Branch Secretary :

Hestia: failing to support its own disabled workers

Unite member facing dismissal threat


Hestia Housing and Support, a social care provider that supports a range of clients including those with disabilities, has been failing to support its own disabled employees and those with long-term conditions according to Unite the Union.


Unite has supported members who have been refused reasonable adjustments and at least one with sickle cell who could face dismissal for taking time off due to his condition.  


Worker with sickle cell faces dismissal  


Delo has been working as a group facilitator at a Hestia-run day centre in West London for over six years. He is an incredibly valued member of his team. His work at the service has won praise from the organisation and he has an unblemished disciplinary record. 


Delo has sickle cell. This is a hereditary condition that predominantly affects those from African and Caribbean backgrounds. When a sickle cell crisis hits it can be debilitating and Delo will often require hospital admission. 


New management


Previously, the time Delo required off due to his condition had not been an issue. However, when new management came in the situation changed. Over the past few months, Delo has been brought in for a series of absence review meetings during which he was made to feel like he was a burden on the team. He now faces a final written warning which could mean dismissal. 


Delo’s condition is exacerbated by stress and he feels his experience with Hestia has contributed to a recent increase in hospital admissions.   


Broken lift forces worker with mobility issues up two flights of stairs 


Another Hestia employee, Susan (name changed to protect identity), is a long-standing and much appreciated member of her team. She suffers from seropositive rheumatoid arthritis and osteoarthritis which affect her mobility. Like Delo, flare ups in her condition cause huge amounts of pain and require her to take time off work.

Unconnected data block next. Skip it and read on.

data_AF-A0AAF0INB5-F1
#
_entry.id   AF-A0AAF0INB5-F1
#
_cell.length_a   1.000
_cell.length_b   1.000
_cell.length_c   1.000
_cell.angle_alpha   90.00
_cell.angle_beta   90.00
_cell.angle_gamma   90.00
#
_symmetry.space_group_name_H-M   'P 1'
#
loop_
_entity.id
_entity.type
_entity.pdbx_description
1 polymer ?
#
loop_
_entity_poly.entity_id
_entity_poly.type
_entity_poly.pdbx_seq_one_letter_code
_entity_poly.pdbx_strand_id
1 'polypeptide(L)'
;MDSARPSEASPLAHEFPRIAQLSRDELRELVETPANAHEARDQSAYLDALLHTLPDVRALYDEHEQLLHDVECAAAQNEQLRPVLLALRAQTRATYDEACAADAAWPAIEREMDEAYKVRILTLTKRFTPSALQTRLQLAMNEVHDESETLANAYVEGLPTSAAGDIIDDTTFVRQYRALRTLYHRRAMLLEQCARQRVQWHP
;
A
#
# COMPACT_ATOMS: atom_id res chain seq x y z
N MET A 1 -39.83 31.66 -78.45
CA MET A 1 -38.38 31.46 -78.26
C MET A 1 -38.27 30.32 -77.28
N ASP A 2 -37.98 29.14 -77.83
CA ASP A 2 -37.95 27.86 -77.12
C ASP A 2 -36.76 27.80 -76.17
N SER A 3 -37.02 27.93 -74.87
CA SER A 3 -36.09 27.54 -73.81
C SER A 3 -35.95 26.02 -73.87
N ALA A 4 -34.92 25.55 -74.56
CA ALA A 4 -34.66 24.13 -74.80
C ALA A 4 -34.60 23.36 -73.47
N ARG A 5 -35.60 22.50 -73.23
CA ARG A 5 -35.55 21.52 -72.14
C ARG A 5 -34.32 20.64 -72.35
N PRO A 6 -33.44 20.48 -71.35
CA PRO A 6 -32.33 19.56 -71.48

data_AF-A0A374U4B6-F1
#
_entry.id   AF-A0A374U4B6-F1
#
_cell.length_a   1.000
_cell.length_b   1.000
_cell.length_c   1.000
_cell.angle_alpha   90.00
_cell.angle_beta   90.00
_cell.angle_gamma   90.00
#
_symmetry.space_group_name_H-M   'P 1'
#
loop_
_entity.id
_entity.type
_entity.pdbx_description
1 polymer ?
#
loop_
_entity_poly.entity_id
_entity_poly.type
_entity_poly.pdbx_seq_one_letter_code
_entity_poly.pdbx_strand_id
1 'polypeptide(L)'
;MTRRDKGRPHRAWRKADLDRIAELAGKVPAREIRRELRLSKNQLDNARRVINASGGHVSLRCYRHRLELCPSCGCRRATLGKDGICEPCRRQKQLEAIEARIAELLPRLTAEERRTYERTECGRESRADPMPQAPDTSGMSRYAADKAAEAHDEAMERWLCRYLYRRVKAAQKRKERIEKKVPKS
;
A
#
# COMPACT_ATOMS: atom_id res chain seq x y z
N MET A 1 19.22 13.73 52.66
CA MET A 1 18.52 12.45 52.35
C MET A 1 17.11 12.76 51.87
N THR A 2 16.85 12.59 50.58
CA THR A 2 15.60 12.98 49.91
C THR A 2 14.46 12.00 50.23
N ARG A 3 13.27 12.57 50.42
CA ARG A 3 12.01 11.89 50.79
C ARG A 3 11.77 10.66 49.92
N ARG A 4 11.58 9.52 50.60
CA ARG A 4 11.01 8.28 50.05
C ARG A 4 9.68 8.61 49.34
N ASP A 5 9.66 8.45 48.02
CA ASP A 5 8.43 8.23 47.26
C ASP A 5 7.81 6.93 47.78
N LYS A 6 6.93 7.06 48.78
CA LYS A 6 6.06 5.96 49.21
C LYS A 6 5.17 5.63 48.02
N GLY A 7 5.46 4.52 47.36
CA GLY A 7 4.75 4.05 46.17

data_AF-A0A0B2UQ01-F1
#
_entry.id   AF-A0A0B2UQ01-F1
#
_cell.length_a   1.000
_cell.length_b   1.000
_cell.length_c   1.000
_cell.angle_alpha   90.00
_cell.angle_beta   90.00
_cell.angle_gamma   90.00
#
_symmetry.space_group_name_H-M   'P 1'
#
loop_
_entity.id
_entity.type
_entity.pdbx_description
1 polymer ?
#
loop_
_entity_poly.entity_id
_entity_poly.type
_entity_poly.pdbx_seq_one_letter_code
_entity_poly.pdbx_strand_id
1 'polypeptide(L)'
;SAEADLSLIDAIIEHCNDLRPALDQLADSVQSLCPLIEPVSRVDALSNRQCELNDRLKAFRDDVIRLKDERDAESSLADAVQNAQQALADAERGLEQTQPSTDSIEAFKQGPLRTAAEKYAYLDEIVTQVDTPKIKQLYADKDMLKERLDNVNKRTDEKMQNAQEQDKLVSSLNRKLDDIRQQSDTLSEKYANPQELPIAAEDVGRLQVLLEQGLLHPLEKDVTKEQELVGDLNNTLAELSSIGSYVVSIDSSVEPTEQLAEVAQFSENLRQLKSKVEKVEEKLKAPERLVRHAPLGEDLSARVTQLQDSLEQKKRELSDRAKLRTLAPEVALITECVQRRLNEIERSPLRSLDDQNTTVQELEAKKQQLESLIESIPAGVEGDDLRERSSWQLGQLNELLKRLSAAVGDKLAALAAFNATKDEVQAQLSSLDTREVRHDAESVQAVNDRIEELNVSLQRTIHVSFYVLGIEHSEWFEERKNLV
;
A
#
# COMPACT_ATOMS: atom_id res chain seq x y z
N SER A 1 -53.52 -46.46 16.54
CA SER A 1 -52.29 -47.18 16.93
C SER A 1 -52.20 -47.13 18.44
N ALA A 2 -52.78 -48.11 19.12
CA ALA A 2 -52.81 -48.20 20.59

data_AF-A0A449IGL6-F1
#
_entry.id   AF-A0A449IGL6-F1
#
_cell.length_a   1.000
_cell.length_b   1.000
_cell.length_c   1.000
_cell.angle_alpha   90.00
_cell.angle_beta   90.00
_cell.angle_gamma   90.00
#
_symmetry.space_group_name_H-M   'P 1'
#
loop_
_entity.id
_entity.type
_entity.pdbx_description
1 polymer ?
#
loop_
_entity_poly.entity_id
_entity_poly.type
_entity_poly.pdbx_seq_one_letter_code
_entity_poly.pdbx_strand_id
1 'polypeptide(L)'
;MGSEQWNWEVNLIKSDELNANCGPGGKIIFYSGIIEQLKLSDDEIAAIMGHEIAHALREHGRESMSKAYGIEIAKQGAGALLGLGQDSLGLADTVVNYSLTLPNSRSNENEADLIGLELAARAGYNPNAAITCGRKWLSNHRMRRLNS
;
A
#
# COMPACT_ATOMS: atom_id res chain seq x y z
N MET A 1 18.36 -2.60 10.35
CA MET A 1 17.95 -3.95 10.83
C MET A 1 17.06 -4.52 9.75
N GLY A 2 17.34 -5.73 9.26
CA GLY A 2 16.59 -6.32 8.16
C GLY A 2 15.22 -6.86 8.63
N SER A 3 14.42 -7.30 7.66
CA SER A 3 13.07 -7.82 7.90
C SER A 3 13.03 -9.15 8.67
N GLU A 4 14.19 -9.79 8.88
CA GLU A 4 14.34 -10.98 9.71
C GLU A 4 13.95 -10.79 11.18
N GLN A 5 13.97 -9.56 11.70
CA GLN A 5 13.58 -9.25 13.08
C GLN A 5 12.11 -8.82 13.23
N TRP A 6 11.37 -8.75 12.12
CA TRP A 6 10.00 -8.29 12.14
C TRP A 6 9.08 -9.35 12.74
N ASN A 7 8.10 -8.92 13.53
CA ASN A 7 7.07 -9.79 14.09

Despite the lift being broken, Susan was asked to come into the service’s second floor office or face potential disciplinary action. There have also been considerable delays in acquiring the mobility equipment the Department of Work and Pensions have advised she use. 


Lack of care


She too has been forced through the absence review procedure. Unite regrets that rather than focusing on the support she required, her most recent absence review meeting was used to criticise her practice and question her capability for a role she has been in for years. Unite is now supporting Susan in taking out a grievance against the employer. 


Rather than supporting those with disabilities, we again see Hestia’s lack of care causing their workers’ health conditions to worsen.  


Mental health and learning difficulties 


Unite has talked to Hestia employees with learning difficulties such as ADHD and dyslexia who also feel unsupported by the organisation. They feel they are being blamed for failing to keep up with the growing amounts of paperwork expected of staff while their requests for adjustments are ignored or delayed.  


Many Unite Members have reported being made to feel guilty for taking time off for their mental health and that absence review procedures have been used to penalise them.  Hestia encourages those with “lived-experience” to apply for roles at the organisation, but from talking to workers it seems that in reality the support for those with mental health difficulties is just not there. 


Unite calls on Hestia to count disability leave separately from sickness leave 


A lot needs to be done to make Hestia an organisation that truly supports its disabled workers. Unite is now calling on the employer to commit to the establishment of “disability leave.” This would be recorded separately from sick leave so that disabled workers are not penalised and singled out under absence management schemes for being disabled. 


This “reasonable adjustment” is one that other organisations have already put into policy, including the Camden and Islington NHS Trust. It was part of a toolkit Unite the Union was involved in developing with the trust in order for them to better support those with disabilities. Unite encourages Hestia to work with the union to develop a similar document.  Unite reps may find this guide useful.


16 December 2021


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